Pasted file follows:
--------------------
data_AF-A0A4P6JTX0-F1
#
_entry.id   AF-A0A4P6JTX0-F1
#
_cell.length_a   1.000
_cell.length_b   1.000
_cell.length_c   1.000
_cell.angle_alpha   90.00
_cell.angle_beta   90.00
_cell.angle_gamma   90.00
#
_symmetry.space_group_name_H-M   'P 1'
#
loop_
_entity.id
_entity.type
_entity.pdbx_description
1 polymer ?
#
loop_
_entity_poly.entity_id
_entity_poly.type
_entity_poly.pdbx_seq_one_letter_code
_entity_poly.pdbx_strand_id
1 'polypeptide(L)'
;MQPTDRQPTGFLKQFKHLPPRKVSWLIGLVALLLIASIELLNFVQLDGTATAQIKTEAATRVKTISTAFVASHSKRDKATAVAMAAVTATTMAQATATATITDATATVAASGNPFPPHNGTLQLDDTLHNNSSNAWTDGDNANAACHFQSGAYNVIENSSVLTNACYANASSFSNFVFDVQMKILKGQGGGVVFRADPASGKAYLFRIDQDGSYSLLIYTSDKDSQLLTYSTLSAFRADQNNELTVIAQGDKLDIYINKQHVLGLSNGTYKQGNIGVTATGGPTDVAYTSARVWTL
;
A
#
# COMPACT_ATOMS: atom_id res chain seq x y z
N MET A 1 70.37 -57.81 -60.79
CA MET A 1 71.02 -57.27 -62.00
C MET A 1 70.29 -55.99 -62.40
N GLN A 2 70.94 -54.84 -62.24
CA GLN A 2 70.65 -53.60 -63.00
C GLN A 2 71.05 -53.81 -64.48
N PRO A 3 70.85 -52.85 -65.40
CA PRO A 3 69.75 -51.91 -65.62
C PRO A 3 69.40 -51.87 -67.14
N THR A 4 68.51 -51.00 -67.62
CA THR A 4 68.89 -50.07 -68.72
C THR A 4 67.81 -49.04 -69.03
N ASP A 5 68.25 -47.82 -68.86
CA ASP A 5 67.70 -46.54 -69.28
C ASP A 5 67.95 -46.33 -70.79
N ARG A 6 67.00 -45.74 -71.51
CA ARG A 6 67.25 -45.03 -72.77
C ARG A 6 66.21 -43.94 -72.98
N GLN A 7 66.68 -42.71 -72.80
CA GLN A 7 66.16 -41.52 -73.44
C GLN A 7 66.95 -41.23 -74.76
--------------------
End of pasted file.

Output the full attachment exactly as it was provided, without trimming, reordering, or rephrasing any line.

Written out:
data_AF-A0A4P6JTX0-F1
#
_entry.id   AF-A0A4P6JTX0-F1
#
_cell.length_a   1.000
_cell.length_b   1.000
_cell.length_c   1.000
_cell.angle_alpha   90.00
_cell.angle_beta   90.00
_cell.angle_gamma   90.00
#
_symmetry.space_group_name_H-M   'P 1'
#
loop_
_entity.id
_entity.type
_entity.pdbx_description
1 polymer ?
#
loop_
_entity_poly.entity_id
_entity_poly.type
_entity_poly.pdbx_seq_one_letter_code
_entity_poly.pdbx_strand_id
1 'polypeptide(L)'
;MQPTDRQPTGFLKQFKHLPPRKVSWLIGLVALLLIASIELLNFVQLDGTATAQIKTEAATRVKTISTAFVASHSKRDKATAVAMAAVTATTMAQATATATITDATATVAASGNPFPPHNGTLQLDDTLHNNSSNAWTDGDNANAACHFQSGAYNVIENSSVLTNACYANASSFSNFVFDVQMKILKGQGGGVVFRADPASGKAYLFRIDQDGSYSLLIYTSDKDSQLLTYSTLSAFRADQNNELTVIAQGDKLDIYINKQHVLGLSNGTYKQGNIGVTATGGPTDVAYTSARVWTL
;
A
#
# COMPACT_ATOMS: atom_id res chain seq x y z
N MET A 1 70.37 -57.81 -60.79
CA MET A 1 71.02 -57.27 -62.00
C MET A 1 70.29 -55.99 -62.40
N GLN A 2 70.94 -54.84 -62.24
CA GLN A 2 70.65 -53.60 -63.00
C GLN A 2 71.05 -53.81 -64.48
N PRO A 3 70.85 -52.85 -65.40
CA PRO A 3 69.75 -51.91 -65.62
C PRO A 3 69.40 -51.87 -67.14
N THR A 4 68.51 -51.00 -67.62
CA THR A 4 68.89 -50.07 -68.72
C THR A 4 67.81 -49.04 -69.03
N ASP A 5 68.25 -47.82 -68.86
CA ASP A 5 67.70 -46.54 -69.28
C ASP A 5 67.95 -46.33 -70.79
N ARG A 6 67.00 -45.74 -71.51
CA ARG A 6 67.25 -45.03 -72.77
C ARG A 6 66.21 -43.94 -72.98
N GLN A 7 66.68 -42.71 -72.80
CA GLN A 7 66.16 -41.52 -73.44
C GLN A 7 66.95 -41.23 -74.76